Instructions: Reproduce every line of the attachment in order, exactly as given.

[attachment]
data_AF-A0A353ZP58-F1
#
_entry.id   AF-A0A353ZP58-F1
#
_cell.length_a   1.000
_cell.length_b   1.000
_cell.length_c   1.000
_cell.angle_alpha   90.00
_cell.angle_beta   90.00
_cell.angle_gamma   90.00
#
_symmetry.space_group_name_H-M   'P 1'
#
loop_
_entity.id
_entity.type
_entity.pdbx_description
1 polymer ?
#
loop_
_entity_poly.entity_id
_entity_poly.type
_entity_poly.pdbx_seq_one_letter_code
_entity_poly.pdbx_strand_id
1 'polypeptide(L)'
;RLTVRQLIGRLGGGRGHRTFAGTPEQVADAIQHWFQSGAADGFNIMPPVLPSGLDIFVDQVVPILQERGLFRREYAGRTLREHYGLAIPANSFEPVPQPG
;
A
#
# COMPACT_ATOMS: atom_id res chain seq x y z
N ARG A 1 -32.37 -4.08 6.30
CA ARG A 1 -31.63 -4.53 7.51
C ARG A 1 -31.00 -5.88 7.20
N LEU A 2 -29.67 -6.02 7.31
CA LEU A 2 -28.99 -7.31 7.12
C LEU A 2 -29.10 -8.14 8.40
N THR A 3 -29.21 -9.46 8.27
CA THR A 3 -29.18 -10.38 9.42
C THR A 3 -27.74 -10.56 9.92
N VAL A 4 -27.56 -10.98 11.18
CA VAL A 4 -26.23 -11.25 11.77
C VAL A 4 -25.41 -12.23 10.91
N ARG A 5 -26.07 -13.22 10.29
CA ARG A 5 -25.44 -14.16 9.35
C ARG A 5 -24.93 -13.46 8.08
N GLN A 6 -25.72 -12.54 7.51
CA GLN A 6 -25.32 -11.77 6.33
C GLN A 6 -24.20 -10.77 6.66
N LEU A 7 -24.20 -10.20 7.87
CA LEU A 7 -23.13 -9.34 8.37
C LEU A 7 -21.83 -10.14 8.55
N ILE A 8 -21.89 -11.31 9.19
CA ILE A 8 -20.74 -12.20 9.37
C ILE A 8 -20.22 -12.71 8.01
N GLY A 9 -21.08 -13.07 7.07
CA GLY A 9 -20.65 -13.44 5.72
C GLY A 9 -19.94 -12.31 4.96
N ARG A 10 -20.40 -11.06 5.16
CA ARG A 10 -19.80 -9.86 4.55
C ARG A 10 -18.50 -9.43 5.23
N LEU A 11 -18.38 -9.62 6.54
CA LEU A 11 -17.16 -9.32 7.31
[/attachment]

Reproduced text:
data_AF-A0A353ZP58-F1
#
_entry.id   AF-A0A353ZP58-F1
#
_cell.length_a   1.000
_cell.length_b   1.000
_cell.length_c   1.000
_cell.angle_alpha   90.00
_cell.angle_beta   90.00
_cell.angle_gamma   90.00
#
_symmetry.space_group_name_H-M   'P 1'
#
loop_
_entity.id
_entity.type
_entity.pdbx_description
1 polymer ?
#
loop_
_entity_poly.entity_id
_entity_poly.type
_entity_poly.pdbx_seq_one_letter_code
_entity_poly.pdbx_strand_id
1 'polypeptide(L)'
;RLTVRQLIGRLGGGRGHRTFAGTPEQVADAIQHWFQSGAADGFNIMPPVLPSGLDIFVDQVVPILQERGLFRREYAGRTLREHYGLAIPANSFEPVPQPG
;
A
#
# COMPACT_ATOMS: atom_id res chain seq x y z
N ARG A 1 -32.37 -4.08 6.30
CA ARG A 1 -31.63 -4.53 7.51
C ARG A 1 -31.00 -5.88 7.20
N LEU A 2 -29.67 -6.02 7.31
CA LEU A 2 -28.99 -7.31 7.12
C LEU A 2 -29.10 -8.14 8.40
N THR A 3 -29.21 -9.46 8.27
CA THR A 3 -29.18 -10.38 9.42
C THR A 3 -27.74 -10.56 9.92
N VAL A 4 -27.56 -10.98 11.18
CA VAL A 4 -26.23 -11.25 11.77
C VAL A 4 -25.41 -12.23 10.91
N ARG A 5 -26.07 -13.22 10.29
CA ARG A 5 -25.44 -14.16 9.35
C ARG A 5 -24.93 -13.46 8.08
N GLN A 6 -25.72 -12.54 7.51
CA GLN A 6 -25.32 -11.77 6.33
C GLN A 6 -24.20 -10.77 6.66
N LEU A 7 -24.20 -10.20 7.87
CA LEU A 7 -23.13 -9.34 8.37
C LEU A 7 -21.83 -10.14 8.55
N ILE A 8 -21.89 -11.31 9.19
CA ILE A 8 -20.74 -12.20 9.37
C ILE A 8 -20.22 -12.71 8.01
N GLY A 9 -21.08 -13.07 7.07
CA GLY A 9 -20.65 -13.44 5.72
C GLY A 9 -19.94 -12.31 4.96
N ARG A 10 -20.40 -11.06 5.16
CA ARG A 10 -19.80 -9.86 4.55
C ARG A 10 -18.50 -9.43 5.23
N LEU A 11 -18.38 -9.62 6.54
CA LEU A 11 -17.16 -9.32 7.31